The universality of reason is a momentous realization, because it defines a place for morality…mutual unselfishness is the only way we can simultaneously pursue our interests…morality, then, is not a set of arbitrary regulations dictated by a vengeful deity and written down in a book; nor is it the custom of a particular culture or tribe. It is a consequence of the interchangeability of perspectives and the opportunity the world provides of positive-sum games…this line of reasoning may be called humanism because the value that it recognizes is the flourishing of humans, the only value that cannot be denied.
Steven Pinker, The Better Angels of our Nature
As my passage through the challenges of my life continues, I am learning the power of the beast within each of us to do things that just don’t fit with any concept of ethics or morals that sits right with me. That is because we are at best barely in charge of our behavior, and at worst, not in charge at all.
In May of 2012 I gave a talk at the New York Society for Ethical Culture entitled “Fear, Desire and Free Will.” I wanted to explore the concept of free will, which I started out believing was at the center of being able to conduct oneself ethically or morally in the world. If you can’t choose good over evil, right over wrong, then how can you conduct yourself in an ethical or moral way? I discovered in writing and presenting that talk that scientists generally don’t believe there is free will. Certainly not as we like to think of it, and probably not at all. Instead, our behavior and actions are driven by instincts that are animalistic, programmed into us and eons old. That we can believe we have conscious control of our actions is the result of a conscious mind that is largely in the dark about its unconscious animal self and, therefore, what motivates it.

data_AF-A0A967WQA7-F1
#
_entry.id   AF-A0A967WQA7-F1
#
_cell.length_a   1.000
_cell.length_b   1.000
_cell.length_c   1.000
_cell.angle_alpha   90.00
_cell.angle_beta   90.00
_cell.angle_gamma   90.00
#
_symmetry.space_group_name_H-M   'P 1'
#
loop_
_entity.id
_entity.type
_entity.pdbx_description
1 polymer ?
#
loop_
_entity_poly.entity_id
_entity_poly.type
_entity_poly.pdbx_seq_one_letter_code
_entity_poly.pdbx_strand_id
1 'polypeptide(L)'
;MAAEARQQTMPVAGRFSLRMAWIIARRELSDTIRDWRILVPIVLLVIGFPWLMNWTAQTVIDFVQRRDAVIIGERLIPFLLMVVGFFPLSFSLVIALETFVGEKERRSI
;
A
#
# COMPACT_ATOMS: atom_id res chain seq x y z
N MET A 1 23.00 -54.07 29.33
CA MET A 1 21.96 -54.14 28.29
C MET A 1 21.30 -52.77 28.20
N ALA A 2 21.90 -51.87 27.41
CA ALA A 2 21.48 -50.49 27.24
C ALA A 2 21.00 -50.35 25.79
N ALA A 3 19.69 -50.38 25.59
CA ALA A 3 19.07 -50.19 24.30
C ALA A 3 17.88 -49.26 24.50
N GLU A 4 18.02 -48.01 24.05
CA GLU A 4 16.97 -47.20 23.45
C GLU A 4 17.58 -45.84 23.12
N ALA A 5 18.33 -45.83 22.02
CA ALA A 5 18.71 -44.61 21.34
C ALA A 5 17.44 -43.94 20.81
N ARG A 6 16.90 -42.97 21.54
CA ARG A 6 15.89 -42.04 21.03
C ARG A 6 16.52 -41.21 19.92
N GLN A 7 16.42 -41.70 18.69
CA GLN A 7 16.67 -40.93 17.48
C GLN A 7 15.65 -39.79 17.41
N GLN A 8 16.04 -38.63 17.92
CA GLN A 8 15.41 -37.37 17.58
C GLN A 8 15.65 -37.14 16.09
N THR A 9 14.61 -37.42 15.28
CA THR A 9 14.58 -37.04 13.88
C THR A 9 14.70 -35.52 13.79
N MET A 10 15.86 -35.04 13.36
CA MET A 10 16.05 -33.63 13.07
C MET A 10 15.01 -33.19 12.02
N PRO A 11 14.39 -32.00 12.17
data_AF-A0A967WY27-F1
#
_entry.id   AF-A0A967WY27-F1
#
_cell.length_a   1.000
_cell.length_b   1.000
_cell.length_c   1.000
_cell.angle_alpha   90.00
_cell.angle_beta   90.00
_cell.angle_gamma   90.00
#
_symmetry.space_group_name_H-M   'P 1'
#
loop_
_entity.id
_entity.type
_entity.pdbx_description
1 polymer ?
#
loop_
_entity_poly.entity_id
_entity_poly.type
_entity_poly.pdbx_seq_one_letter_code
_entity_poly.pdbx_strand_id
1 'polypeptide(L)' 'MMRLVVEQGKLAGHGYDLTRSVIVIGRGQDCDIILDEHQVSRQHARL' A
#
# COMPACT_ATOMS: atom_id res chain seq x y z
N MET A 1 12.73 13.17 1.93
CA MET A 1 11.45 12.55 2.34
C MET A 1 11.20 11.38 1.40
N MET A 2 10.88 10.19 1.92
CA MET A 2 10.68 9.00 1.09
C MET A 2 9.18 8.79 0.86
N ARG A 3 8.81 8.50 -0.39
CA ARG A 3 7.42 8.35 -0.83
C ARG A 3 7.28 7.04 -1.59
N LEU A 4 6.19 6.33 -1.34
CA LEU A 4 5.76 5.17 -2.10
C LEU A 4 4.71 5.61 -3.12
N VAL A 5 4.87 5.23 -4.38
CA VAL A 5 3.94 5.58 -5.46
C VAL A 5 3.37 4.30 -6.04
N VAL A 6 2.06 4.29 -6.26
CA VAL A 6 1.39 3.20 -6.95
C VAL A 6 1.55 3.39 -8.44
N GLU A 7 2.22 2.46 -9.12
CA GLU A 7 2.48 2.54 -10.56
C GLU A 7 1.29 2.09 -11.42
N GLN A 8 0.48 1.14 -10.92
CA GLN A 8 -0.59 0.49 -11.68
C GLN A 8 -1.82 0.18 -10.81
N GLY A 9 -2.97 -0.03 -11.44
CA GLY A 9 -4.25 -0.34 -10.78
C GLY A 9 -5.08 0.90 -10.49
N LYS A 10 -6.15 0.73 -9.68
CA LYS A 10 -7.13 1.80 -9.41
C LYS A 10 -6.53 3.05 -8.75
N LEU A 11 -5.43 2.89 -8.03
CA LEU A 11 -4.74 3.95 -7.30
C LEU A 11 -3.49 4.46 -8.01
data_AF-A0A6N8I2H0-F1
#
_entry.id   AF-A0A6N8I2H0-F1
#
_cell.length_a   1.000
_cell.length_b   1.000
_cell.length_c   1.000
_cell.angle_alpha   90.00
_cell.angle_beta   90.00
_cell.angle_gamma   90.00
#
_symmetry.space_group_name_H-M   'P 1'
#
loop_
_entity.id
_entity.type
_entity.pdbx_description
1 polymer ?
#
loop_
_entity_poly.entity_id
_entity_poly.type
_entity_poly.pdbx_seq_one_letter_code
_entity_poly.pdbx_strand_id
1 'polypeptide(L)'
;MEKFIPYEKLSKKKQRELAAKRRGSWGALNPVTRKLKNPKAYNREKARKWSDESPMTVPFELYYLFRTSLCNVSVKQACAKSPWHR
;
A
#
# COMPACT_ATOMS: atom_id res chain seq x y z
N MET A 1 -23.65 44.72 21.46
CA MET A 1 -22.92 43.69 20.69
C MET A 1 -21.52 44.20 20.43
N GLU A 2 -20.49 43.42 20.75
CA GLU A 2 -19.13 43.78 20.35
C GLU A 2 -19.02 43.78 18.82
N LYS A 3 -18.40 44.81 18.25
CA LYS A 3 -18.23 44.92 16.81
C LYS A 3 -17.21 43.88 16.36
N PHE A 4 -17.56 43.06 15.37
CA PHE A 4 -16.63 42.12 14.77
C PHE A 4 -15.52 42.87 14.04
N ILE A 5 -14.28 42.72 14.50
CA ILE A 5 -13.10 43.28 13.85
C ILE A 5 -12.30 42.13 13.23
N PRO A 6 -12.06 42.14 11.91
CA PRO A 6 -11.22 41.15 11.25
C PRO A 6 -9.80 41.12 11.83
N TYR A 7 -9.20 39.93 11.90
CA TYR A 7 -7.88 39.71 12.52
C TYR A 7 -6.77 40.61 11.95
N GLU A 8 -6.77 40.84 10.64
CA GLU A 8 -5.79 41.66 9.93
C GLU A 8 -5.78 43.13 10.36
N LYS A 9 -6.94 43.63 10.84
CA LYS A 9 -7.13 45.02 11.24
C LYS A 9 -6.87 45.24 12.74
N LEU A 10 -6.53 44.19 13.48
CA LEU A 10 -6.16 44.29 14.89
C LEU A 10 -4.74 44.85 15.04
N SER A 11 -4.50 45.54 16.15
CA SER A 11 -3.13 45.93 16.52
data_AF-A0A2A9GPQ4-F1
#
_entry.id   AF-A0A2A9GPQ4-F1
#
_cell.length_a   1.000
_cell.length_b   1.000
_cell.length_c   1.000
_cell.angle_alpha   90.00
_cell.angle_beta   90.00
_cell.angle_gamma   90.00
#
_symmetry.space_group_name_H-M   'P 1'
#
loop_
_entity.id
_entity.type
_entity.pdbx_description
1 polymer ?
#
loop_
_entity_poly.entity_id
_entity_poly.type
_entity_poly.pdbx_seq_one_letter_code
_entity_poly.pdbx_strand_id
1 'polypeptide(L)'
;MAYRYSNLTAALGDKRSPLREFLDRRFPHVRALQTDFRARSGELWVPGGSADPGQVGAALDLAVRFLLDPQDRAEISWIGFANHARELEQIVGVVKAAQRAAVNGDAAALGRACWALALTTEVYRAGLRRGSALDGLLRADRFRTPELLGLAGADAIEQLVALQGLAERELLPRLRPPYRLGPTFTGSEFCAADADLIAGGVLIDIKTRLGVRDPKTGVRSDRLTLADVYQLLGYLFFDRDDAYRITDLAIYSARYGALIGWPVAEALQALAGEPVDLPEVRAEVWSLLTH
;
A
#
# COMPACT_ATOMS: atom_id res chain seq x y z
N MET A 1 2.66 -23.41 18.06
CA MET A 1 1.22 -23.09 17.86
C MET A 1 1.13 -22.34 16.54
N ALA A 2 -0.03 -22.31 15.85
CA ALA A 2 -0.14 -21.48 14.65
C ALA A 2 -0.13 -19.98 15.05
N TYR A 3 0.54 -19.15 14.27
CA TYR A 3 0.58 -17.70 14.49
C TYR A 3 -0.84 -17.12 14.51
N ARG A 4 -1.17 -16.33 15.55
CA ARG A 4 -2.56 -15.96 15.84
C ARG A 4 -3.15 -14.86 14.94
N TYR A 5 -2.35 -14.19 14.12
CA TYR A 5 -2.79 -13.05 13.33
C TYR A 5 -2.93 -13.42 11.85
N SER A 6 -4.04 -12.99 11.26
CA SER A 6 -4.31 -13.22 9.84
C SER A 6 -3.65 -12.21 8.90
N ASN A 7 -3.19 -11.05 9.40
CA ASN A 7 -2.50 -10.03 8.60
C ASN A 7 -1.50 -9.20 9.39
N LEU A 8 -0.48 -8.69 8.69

This should have been a reason to dispair for me, but because of a book by Steven Pinker entitled “The Better Angels of Our Nature,” I came to realize that making choices to improve upon the human condition is possible, but it operates at the social or collective level, not the individual level. The ability to imagine different, develop codes, and ultimately, to change the way we behave, is contingent on the development of a shared idea of a better way to behave. That is, we do not have the power to develop and manage codes of conduct individually for ourselves. If we attempt to do so we will find, if we really think about it, that they are justifications for what we do to obtain the objects of our desires. We are universally selfish in the process. We develop what works for ourselves, which is often at odds with what works for those around us. Only when we speak our ideas about these things to one another, receive critique, adjust accordingly and enter into compacts to behave in certain ways, can our behavior be governed and we be changed. Furthermore, it requires a recognition that we are better off in community than alone and that we can be deprived of that community if we violate those compacts. When we discuss our ideas with one another and they become the ideas of the community, the ideas begin to separate themselves from animal instincts. We can therefore enact and enforce rules that curb the beast within.
- Steven Pinker – The Stuff of Thought: Language as a window into human nature (lugenfamilyoffice.com)
- Morals, Ethics | God and the Future (gautiertalksliving.wordpress.com)